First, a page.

What do I want?

It seems like I should write about the fact that I’m helping move my sister into her apartment tomorrow for her senior year of college. Or that I’m going to a narcolepsy conference this weekend (I’m excited for this – I learned such a great deal at the one last year and hope the same will go for this year). Or the disgusting white supremacist protests in Virginia. Or something else – it’s always what I feel I should write about.

What do I want to write about? Start, stop, contemplate. One, two paragraph and then scrap it. I should be doing something other than writing says the little voice in my head.

The voice I live with said the other day “I don’t know why you didn’t just hurry up and eat so you could go with her. What are you going to do, sit on your laptop?” This was deeply triggering to me for some reason, and I spent the better part of an hour after this interaction trying to figure out why.

“I just thought it’d be nice for you to go with her.”

The tone had me nervous, justifying and trying to explain myself – trying to convince her that I was still going to be productive. I heard myself say that I actually had things to do, like finish my laundry, do the dishes and clean my room. All I wanted was rest. To be clear, I’m in no physical danger. This is my mother, who allows me to live with her, pays for most of my food, my car insurance and phone plan among other things. I’m grateful.

The problem is that there is always an undercurrent of not being grateful enough.

Not what I want…

I don’t want to be writing about my mother. I want nothing more than to have a healthy relationship with her, especially at this point in my life. I should right? The shoulds both drive me and torment me – I should be living on my own, in a different city or state perhaps, should have a job doing what I love and have expertise in, should be dating and falling in and out of love, should be doing little things to show appreciation to my parents for all their hard work in raising me. Some of those I know aren’t possible, others feel like they are, but it’s me not putting in the effort.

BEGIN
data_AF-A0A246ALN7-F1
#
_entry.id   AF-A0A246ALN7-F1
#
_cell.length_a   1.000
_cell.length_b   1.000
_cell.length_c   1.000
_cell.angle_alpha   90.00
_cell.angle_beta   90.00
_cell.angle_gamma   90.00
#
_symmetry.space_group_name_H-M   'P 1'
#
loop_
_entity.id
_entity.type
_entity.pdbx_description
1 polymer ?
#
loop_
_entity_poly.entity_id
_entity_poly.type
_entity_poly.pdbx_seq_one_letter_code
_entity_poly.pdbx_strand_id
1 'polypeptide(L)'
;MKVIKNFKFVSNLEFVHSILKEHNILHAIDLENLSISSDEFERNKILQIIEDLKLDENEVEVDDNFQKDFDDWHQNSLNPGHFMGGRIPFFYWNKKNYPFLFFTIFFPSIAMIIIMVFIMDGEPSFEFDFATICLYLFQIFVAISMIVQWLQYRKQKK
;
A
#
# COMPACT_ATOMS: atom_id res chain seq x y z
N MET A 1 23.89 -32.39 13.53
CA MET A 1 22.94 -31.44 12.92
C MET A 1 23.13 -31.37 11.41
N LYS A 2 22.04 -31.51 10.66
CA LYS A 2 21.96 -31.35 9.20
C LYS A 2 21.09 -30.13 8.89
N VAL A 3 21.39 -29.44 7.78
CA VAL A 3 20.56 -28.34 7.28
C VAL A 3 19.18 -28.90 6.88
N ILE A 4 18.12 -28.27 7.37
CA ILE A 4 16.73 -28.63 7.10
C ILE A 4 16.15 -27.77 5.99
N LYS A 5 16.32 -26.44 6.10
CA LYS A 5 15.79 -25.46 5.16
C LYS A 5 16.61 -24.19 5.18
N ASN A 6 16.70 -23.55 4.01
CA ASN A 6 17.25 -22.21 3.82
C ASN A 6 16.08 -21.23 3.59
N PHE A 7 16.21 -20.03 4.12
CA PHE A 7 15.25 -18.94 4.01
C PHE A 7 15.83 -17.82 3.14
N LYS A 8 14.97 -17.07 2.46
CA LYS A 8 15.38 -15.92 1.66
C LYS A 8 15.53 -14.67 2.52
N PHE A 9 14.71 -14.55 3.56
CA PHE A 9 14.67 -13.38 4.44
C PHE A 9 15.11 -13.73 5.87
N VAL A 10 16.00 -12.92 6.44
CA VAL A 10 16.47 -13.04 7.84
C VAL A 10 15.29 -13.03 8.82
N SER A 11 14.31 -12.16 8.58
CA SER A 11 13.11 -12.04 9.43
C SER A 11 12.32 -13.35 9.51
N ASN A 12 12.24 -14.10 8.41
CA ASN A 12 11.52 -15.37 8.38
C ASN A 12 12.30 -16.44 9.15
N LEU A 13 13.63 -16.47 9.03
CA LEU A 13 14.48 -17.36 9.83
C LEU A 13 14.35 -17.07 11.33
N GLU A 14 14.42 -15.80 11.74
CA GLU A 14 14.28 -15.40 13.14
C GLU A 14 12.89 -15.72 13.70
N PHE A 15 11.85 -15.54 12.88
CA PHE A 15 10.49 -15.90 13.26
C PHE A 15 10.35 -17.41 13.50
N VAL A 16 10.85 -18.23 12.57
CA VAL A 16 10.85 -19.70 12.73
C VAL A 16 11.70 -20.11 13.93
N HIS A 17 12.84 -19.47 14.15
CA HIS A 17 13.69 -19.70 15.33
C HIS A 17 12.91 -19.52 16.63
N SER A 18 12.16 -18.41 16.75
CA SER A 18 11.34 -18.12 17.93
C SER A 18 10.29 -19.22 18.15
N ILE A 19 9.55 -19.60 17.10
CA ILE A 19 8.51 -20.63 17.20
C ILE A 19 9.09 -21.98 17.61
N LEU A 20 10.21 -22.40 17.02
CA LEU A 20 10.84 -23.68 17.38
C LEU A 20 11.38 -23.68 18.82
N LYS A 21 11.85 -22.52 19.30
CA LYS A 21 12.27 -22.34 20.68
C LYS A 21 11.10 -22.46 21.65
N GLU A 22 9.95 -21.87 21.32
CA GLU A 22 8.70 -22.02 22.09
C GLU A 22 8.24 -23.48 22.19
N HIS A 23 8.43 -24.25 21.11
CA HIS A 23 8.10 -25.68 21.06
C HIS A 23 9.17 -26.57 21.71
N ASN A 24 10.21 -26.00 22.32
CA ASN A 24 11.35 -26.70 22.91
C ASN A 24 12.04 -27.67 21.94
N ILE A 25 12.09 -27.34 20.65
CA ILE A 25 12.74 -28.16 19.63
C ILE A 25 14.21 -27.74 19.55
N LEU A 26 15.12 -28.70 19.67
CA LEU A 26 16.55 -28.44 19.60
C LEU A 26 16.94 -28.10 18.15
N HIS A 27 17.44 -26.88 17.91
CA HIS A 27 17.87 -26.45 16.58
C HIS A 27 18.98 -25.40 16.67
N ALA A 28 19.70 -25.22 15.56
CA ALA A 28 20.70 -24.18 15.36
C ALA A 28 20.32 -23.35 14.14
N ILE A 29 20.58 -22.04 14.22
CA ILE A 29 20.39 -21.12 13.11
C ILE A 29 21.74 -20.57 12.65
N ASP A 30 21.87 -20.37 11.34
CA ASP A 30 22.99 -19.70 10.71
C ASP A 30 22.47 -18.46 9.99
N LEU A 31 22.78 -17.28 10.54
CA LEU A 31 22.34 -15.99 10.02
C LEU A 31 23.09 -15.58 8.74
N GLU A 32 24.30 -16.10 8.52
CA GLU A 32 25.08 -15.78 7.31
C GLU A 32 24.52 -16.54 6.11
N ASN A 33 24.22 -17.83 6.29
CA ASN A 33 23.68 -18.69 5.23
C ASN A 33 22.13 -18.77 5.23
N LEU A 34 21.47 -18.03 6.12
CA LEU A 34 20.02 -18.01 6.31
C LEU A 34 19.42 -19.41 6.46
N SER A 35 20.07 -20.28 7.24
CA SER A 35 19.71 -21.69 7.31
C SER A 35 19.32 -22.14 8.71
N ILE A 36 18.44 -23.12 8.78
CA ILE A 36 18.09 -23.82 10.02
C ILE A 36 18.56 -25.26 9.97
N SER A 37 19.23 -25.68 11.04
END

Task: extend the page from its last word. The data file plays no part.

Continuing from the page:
There was a period of about 6 or 7 years where I saw myself as a complete failure more often than not. I didn’t share these thoughts or views, and now that I’ve been working on it, I realize nobody else can tell a difference. It’s rather lonely. I want validation for ‘all’ I’ve been through, ‘all’ I’ve overcome, ‘all’ my potential – but how can I expect that if I don’t believe it’s true first?

Finding self-belief

I think the reason I keep alluding to the same things (over and over… and over) without any coherent story-line is because of the above. I don’t believe I have a story worth sharing, not really. I want someone to tell me I do, to tell me it’s safe and that there’s really something here. Is there?

Another issue: If I start telling a story, I feel like I have to do it perfectly. One story requires context from another story and then I’ll realize I’ve left something out in this part and then I just think that there’s no way I can… do my own story justice? How conceited! What the hell? My first feeling is disgust, but why? I don’t find myself inherently disgusting anymore… but I still see my own self-promotion that way. Everyone else, it’s fine, it’s great! People need to share their stories! I love hearing those pieces of people they’re brave enough to share and allow others to carry with them as precious treasures. It’s just… mine, at least anything beyond what I’d include on a resume.

It largely seems I just want to write about myself. And I feel guilty about that, like there are much more important things to address and it’s selfish to focus on myself. Yet here I am… How are other bloggers so vulnerable? How do they throw caution to the wind and allows themselves to just be, in all their glorious flaws, struggles and continuing lessons? Or face that fear of being found and having real life repercussions?

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